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Get PrEPPT (pre-exposure prophylaxis and pregnancy termination): an exploration of the values, attitudes and preferences regarding HIV and PrEP among women seeking abortion
  1. Jessika Ann Ralph1,
  2. Chen Yeh2,
  3. Allison Cowett1,
  4. Lisa R Hirschhorn3,
  5. Cassing Hammond1
  1. 1Obstetrics and Gynecology, Section of Family Planning, Northwestern University Feinberg School of Medicine, Chicago, Illinois, USA
  2. 2Preventive Medicine, Division of Biostatistics, Northwestern University Feinberg School of Medicine, Chicago, Illinois, USA
  3. 3Medical Social Sciences, Northwestern University Feinberg School of Medicine, Chicago, Illinois, USA
  1. Correspondence to Dr Jessika Ann Ralph, Obstetrics and Gynecology, Section of Family Planning, Northwestern University Feinberg School of Medicine, Chicago, IL 60611, USA; ralph044{at}umn.edu

Abstract

Introduction Pre-exposure prophylaxis (PrEP) for the prevention of HIV transmission is under utilised by women in the US. Women seeking abortion have a higher HIV prevalence than women who continue prenatal care and could benefit from HIV risk assessment and PrEP counselling. We assessed the knowledge, attitudes, and preferences of women seeking abortion care regarding their HIV risk and knowledge of PrEP, and identified individual and system barriers to PrEP access.

Methods We performed a cross sectional descriptive study of English speaking women at a freestanding abortion clinic through an anonymous survey. Participants with indications for PrEP care included those who performed sex work, experienced a recent sexually transmitted infection, or had multiple sexual partners and inconsistent condom use. We performed descriptive statistics on response data; Wilcoxon tests were used to compare continuous variables across groups.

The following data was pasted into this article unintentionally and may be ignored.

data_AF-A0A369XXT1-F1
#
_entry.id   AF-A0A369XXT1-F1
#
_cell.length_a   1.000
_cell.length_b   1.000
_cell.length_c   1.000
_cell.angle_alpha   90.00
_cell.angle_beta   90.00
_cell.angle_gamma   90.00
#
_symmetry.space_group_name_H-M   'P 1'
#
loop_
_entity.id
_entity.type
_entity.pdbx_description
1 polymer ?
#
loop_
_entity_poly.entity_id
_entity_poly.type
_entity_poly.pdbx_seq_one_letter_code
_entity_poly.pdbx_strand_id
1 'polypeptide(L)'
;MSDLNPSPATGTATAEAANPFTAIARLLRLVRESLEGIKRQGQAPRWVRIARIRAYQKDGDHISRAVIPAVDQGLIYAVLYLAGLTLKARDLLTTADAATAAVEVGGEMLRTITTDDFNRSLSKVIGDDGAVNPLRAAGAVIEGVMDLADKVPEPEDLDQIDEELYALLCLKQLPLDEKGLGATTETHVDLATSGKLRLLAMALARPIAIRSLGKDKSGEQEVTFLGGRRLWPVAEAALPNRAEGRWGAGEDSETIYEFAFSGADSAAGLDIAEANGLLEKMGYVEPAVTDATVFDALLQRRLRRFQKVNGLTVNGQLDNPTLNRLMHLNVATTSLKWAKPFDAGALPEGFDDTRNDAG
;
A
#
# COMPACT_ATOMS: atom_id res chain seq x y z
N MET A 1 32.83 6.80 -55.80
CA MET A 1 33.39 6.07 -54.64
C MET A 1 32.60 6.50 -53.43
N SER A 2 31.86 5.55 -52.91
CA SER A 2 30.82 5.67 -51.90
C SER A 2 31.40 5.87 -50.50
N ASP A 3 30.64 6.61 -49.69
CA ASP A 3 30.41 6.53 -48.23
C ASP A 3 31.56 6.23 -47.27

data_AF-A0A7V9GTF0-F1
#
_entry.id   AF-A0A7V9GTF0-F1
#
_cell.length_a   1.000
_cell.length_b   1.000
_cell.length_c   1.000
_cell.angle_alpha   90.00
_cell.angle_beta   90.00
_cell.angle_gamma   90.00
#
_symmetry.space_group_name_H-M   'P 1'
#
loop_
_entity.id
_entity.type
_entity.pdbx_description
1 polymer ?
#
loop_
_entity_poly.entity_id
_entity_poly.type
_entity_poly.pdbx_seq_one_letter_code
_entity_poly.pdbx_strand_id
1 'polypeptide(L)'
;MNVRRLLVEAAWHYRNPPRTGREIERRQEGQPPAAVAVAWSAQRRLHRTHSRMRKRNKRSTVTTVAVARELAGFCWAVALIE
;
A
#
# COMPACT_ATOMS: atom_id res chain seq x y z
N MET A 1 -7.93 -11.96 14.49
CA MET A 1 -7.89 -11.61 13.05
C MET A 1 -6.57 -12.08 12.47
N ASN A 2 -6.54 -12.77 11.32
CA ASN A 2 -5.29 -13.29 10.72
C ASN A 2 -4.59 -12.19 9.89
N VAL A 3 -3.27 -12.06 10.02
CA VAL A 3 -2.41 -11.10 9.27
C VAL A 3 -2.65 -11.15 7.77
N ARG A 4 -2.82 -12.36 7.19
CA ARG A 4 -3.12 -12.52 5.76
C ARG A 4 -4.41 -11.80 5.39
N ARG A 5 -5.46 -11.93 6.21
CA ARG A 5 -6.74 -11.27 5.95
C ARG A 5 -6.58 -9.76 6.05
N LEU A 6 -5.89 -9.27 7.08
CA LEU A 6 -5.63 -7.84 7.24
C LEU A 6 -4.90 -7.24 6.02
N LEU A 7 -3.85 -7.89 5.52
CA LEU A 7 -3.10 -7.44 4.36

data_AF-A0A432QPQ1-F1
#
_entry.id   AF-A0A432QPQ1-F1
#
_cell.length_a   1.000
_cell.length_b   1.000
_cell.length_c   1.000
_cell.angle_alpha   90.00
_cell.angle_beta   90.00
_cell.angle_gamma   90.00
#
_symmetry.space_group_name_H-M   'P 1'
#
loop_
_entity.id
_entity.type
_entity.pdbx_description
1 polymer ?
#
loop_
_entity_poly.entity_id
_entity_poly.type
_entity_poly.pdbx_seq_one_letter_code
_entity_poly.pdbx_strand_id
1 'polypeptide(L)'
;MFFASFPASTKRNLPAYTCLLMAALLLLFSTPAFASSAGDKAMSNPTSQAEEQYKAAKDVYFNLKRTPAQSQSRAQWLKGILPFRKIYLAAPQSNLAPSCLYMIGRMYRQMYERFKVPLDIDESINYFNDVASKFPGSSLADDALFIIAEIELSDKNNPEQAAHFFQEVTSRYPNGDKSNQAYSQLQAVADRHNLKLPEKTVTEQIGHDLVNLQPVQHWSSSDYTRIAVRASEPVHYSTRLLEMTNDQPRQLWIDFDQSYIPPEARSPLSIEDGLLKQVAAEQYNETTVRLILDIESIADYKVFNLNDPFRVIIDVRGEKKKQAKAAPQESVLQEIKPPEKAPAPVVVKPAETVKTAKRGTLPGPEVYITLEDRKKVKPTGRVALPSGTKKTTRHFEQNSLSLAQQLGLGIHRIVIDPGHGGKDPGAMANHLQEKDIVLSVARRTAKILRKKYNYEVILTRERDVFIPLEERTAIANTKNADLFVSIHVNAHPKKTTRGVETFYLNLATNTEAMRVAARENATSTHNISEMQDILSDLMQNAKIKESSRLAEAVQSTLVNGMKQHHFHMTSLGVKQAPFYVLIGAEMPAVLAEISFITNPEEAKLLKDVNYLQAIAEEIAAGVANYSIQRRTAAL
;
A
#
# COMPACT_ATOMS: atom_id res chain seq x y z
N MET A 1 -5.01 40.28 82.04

Results 64 (32.3%) participants had indications for PrEP, but only 31 (16.1%) had previous knowledge of PrEP. After the concept was explained, attitudes towards PrEP were generally positive, and 54 participants (27.8%) would consider starting PrEP in the next 6 months. Participants were most interested in receiving PrEP care from their primary care provider rather than from an abortion clinic.

Conclusions Among women seeking abortion, women vulnerable to HIV infection outnumbered those with PrEP knowledge by 2 to 1. Prior knowledge of PrEP as an HIV prevention method was low, but women found PrEP acceptable. While women reported preferring to receive PrEP from a primary care provider, the abortion clinic visit may also represent an important time for HIV education and risk screening.

  • abortion
  • surveys
  • human immunodeficiency virus
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Footnotes

  • Presented at A portion of these data was presented as an oral abstract at the Annual Meeting of the Fellowship in Family Planning, May 2019.

  • Contributors JAR, HC, AC and LRH planned the study. JAR recruited participants and collected data. CY and JAR performed the data analysis. JAR prepared the manuscript. HC, CY, AC and LRH revised the manuscript.

  • Funding This project was funded by the Society of Family Planning Research Fund (SFPRF18-26).

  • Competing interests None declared.

  • Patient and public involvement Patients and/or the public were not involved in the design, or conduct, or reporting or dissemination plans of this research.

  • Patient consent for publication Not required.

  • Ethics approval This study was reviewed by the institutional review board of Northwestern University prior to participant recruitment and was found to be exempt.

  • Provenance and peer review Not commissioned; externally peer reviewed.

  • Data availability statement No data are available. Deidentified participant data are stored in REDCap, licensed by Northwestern University. Data can be made available after a data use agreement between institutions is arranged and approved by Northwestern’s Office of Sponsored Research.

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